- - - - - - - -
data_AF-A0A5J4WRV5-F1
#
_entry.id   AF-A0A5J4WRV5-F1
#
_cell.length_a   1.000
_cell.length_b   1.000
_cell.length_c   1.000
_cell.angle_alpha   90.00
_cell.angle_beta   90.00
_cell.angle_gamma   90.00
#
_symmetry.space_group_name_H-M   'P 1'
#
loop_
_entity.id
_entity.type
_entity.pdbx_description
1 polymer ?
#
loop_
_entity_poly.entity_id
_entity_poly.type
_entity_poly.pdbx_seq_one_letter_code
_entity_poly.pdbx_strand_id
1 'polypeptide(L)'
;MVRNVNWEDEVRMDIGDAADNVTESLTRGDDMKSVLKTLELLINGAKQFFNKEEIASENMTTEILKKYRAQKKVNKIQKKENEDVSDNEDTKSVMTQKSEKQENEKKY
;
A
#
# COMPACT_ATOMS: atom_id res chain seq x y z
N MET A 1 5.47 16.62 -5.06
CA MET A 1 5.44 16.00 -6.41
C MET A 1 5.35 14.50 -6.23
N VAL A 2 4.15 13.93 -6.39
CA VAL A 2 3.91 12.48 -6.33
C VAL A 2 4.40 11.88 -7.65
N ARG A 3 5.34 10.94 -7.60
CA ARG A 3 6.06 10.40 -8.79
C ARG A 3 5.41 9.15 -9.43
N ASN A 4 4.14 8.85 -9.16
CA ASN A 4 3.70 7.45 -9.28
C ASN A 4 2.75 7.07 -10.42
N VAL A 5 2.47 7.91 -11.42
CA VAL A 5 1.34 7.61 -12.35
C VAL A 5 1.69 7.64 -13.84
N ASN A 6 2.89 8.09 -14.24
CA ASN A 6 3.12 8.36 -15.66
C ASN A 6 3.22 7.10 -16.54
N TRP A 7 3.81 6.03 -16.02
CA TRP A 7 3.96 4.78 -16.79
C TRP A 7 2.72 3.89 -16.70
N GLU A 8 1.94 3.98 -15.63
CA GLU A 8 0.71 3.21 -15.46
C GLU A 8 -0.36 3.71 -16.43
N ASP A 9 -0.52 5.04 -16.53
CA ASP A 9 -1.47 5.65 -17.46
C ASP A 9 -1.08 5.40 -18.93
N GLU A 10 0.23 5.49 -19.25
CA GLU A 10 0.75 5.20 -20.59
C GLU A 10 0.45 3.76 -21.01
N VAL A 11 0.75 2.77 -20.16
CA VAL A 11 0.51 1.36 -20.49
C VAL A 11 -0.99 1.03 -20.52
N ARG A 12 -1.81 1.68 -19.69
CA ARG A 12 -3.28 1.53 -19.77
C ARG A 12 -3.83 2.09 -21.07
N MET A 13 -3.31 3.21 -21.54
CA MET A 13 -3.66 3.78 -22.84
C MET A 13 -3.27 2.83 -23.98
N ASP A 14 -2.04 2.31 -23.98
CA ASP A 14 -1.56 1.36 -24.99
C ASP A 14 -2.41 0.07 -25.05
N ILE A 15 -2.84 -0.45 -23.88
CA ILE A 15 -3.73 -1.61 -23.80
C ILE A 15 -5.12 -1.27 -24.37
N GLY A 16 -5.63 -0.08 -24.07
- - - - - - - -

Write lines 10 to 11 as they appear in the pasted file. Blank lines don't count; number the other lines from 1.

_cell.angle_gamma   90.00
#